Civil defence refers to all measures taken under emergency conditions to protect people, property and the environment as well as urgent steps taken to minimise damage and repercussions in case of accidents or imminent threat of accidents. Under normal conditions, civil defence refers to preparedness for the above-mentioned tasks.
Civil defence districts in Helsinki
Helsinki is divided into 4 civil defence districts, 8 civil defence zones.
The personnel assigned to civil defence districts, zones and sub-zones are mostly employees of the city. They have been trained for their duties under normal conditions.
In emergency situations, Helsinki’s rescue operations and civil defence are directed from the Rescue Command Centre. The command centre’s duties include alerting the public, protecting people and managing evacuation in the city area.
Civil defence shelters
In case of danger or an emergency, the authorities warn residents with the general alarm signal and official releases. The first and usually an adequate measure to protect oneself is to go indoors and to follow the instructions.
Civil defence shelters may be necessary in some emergencies. These shelters are used if so decided by the authorities.
Modern shelters, when appropriately prepared for use, provide protection from radiation, poisonous substances, collapses and weapons.
The Rescue Act and Statute define the responsibilities for building civil defence shelters, their structure, maintenance and use.
Civil defence shelters in buildings
The majority of civil defence shelters are located in residential and public buildings. They are traditional shelters usually built in the basement. The protective door of the shelter is marked with the international symbol of civil defence, which is a blue triangle on a yellow background.
The property owner or manager is responsible for maintaining the civil defence shelter located in the building in good condition and working order. The housing company’s board of directors or the property owner names a manager for the shelter maintenance and civil defence. The Rescue Department organizes training for those in charge of civil defence.
If the shelter is normally used for some purpose other than civil defence, it must convertible for use as a shelter within 72 hours. All related equipment and devices must also be available for use within this time frame.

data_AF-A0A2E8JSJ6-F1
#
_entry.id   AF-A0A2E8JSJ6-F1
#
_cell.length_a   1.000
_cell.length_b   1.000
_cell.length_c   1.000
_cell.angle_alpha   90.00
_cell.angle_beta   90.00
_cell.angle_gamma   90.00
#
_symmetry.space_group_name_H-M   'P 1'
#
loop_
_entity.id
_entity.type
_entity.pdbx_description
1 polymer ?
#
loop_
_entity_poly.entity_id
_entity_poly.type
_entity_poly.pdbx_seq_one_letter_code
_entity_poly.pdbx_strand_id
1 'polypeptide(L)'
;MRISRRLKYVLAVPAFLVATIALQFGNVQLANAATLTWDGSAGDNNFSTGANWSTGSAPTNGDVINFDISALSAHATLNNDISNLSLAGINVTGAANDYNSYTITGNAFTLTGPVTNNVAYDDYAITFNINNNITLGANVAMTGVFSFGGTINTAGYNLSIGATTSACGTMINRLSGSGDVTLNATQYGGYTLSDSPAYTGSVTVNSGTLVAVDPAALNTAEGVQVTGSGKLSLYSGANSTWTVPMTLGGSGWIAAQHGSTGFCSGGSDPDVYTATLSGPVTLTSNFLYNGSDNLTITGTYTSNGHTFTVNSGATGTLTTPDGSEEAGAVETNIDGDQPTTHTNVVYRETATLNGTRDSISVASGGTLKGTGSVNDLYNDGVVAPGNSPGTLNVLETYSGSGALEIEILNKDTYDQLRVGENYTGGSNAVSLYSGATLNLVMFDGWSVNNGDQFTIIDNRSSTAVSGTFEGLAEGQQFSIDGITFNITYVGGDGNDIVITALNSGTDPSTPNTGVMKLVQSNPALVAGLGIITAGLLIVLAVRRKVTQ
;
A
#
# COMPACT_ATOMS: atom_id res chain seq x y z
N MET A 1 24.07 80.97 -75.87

In addition to building- and institution-specific shelters, there are also large civil defence shelters built into bedrock. Under normal conditions, bedrock shelters are used, for example, for sports and recreation and as parking facilities. Additionally, the metro stations in the city centre have been equipped to act as civil defence shelters.
These shelters are either public or shared. Public shelters can be used by anyone, and they are intended for people who are outdoors during the emergency and for people who have no shelter in their home building or their workplace. Shared shelters are bedrock shelters that are reserved for the members of housing companies or the employees of corporations and other institutions.
Shelters that are normally utilized in the above-mentioned ways are maintained by the City or a regional maintenance authority.
Find bedrock shelters on the Service Map.
Civil defence management, international agreements and legislation
The Ministry of the Interior steers civil defence planning with legislation, regulations and emergency preparedness drills organised with the local authorities subordinate to the ministry.
International agreements regarding civil defence have been established in the Geneva Conventions and their supplementary protocols. On the national level, civil defence is regulated by the Rescue Act and related statutes. Civil defence is further governed by the Emergency Powers Act and the State of Defence Act.
The international symbol for civil defence is a blue triangle on an orange background.
More information: Helsinki Rescue Department: Civil defence